Lamar Odom, the Kardashians, and the Questions of Celebrity Privacy and News Value


Like drivers rubbernecking on the road, Americans stop and gape at tragic celebrity stories whenever they arrive in the headlines. Yet TMZ is popular for a reason that can’t just be reduced to rude curiosity. Musician EMA addresses the complexity of this dance in her song “Dead Celebrity”: these awful moments allow us to see that at least some of the worst aspects of human existence don’t discriminate by fame and fortune, and may even land harder on those whose lives we otherwise covet. And mourning or praying or wringing our hands over a sad or sordid celebrity story gives us an outlet for our own existential dread and worry, a chance to be sad or worried, but with a level of safety and insulation.

The headline-dominating tale of former NBA star and Kardashian spouse Lamar Odom, currently in a coma after being found unresponsive at a Nevada brothel, has brought up some of the questions that often arise in moments like these, from Whitney Houston to Owen Wilson. The fact that Odom is in the Kardashian sphere, a circle of influence which has given up even a pretense of privacy — and that the members of that famous family are the ones by his bedside — magnifies the usual issue, too.

I’ve seen people asking two questions as this story unfolds. The first is, does someone who willingly lives an entire life before the cameras have the ability to demand privacy at his or her darkest time? And another response has been, as the commenters on the New York Times’ devastating piece about Odom’s life asked, why is this such “big news” when the Middle East is in flames and Europe is struggling to make sense of the refugee crisis? Why do people want to read about Lamar and not about other, less famous people whose lives are imperiled?

Yet none of these questions have really complicated answers. The reasons can be found in the way human beings process stories and use them for our own lives. I’m no avid followers of the Kardashians, but one of the reasons people clearly like them is because they allow the messiness of their lives, from feuds to health problems, to be broadcast widely. They give fans a chance to escape from our own mishegas (Yiddish for “craziness”) into someone else’s, while vicariously enjoying the glamour and glitz of their lifestyles. The clan understands this and capitalizes on it. But it’s telling how silent they’ve been on social media of late. Of course the Kardashians deserve privacy when they ask for it, because even for them, some moments are too personal and painful to share with everyone. This isn’t inconsistent; they just draw the line between public and private in a different place than most people would.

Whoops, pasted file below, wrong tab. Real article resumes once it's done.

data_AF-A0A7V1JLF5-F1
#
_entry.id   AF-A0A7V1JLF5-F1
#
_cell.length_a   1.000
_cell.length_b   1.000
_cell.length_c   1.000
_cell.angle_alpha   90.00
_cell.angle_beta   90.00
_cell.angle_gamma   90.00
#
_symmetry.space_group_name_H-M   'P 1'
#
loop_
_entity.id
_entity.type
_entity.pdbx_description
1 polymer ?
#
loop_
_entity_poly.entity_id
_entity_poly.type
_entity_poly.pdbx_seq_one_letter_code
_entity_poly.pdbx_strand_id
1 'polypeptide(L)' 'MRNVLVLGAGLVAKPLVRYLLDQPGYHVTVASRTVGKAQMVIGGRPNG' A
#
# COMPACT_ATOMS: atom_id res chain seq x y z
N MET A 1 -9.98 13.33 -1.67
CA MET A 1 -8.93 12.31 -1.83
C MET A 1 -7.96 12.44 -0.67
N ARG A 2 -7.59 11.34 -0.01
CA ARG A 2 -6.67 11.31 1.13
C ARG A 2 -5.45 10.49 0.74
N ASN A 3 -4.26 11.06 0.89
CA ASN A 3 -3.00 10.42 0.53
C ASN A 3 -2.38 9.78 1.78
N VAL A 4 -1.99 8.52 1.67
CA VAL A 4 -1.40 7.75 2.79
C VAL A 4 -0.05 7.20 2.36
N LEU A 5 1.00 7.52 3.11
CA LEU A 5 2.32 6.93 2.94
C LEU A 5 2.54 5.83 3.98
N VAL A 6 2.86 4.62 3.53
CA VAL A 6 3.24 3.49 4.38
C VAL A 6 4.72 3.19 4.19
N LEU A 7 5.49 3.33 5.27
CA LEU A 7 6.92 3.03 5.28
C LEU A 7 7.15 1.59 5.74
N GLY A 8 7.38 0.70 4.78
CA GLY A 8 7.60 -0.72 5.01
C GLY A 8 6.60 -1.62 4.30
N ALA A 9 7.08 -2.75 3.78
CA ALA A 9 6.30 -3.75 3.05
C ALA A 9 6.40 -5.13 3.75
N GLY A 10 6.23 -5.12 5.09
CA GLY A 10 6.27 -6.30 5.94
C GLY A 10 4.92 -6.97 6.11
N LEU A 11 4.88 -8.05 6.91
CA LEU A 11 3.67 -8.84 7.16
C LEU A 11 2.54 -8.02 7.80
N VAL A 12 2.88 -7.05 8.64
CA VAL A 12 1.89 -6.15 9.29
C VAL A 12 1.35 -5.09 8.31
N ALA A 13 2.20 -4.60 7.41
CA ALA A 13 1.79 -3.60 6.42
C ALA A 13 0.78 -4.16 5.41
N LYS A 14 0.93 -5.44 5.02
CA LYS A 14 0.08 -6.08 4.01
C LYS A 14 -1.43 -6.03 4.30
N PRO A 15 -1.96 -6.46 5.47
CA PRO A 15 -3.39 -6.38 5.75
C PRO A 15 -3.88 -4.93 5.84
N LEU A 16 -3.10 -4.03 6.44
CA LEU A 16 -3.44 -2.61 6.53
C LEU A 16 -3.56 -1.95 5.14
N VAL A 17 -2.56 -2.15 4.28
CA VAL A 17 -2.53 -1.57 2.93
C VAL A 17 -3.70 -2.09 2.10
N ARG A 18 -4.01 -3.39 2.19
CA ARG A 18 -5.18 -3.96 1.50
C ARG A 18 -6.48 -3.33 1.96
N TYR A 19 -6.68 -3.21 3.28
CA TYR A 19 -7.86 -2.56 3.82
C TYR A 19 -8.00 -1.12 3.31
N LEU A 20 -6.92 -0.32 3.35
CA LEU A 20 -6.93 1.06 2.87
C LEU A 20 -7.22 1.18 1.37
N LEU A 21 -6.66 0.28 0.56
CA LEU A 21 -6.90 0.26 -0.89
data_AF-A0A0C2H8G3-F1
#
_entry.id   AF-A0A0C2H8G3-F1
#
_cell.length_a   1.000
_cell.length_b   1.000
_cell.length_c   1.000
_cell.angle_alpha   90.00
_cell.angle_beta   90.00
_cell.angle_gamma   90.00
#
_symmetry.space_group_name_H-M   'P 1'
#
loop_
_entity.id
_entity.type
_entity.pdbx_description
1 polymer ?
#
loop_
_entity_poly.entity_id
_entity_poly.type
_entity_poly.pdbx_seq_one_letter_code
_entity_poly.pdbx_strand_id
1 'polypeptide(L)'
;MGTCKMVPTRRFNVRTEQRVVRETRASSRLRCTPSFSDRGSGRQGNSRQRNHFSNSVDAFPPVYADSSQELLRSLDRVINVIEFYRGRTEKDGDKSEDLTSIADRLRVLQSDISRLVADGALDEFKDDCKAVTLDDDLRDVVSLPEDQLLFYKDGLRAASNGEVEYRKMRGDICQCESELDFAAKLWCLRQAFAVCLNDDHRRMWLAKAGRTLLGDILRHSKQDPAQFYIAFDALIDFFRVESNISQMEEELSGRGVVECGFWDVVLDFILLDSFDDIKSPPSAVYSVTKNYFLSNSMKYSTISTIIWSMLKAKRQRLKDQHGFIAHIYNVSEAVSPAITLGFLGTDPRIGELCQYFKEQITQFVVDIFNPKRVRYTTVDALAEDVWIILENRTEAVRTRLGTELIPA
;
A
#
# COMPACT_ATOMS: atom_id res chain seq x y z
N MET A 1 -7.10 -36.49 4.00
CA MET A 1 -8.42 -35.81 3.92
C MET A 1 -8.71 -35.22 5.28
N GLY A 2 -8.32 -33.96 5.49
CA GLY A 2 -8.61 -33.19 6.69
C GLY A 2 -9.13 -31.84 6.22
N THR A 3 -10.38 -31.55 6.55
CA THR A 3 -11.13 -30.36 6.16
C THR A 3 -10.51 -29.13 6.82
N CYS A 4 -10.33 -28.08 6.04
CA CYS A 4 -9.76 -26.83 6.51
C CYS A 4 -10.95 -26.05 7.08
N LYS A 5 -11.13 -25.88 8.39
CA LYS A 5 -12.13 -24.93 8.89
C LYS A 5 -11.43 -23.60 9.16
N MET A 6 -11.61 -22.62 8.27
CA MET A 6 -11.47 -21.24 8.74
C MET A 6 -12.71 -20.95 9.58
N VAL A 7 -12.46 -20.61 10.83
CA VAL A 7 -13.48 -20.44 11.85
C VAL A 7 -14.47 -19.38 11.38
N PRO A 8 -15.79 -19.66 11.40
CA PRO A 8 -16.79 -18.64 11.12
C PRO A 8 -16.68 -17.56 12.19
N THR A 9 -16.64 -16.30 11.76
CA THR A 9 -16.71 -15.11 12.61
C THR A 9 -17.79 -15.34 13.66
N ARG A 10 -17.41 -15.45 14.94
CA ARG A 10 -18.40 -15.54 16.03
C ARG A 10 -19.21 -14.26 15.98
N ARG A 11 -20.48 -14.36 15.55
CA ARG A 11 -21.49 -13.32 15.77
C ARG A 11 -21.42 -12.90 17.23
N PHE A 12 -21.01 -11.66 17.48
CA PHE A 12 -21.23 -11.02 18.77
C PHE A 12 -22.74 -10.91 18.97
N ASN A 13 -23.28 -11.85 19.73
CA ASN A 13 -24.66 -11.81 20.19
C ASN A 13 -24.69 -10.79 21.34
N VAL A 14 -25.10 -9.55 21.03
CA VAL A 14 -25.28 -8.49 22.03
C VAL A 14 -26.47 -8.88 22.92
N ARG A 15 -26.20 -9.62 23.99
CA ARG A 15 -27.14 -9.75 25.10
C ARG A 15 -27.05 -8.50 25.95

As for Odom, what the media has revealed in the wake of his hospitalization is the story of a person who led an incredibly painful life and seemed to nonetheless try to be very decent and kind to those around him. From the death of his mother when he was young to the death of his infant son to the deaths of two close friends just recently, his demons weren’t just fame, competition, and the spotlight, but also loss and sorrow. He’s exactly the kind of person to attract public sympathy. Rather than a pure and noble type, he’s an obviously struggling human being. Most people have been touched by some sort of tragedy themselves, and most human beings indulge in excess to deal with our demons. Odom is incredibly relatable, maybe even more so than his famous ex-wife. That’s why it’s so natural that so many onlookers are keeping vigil for his recovery.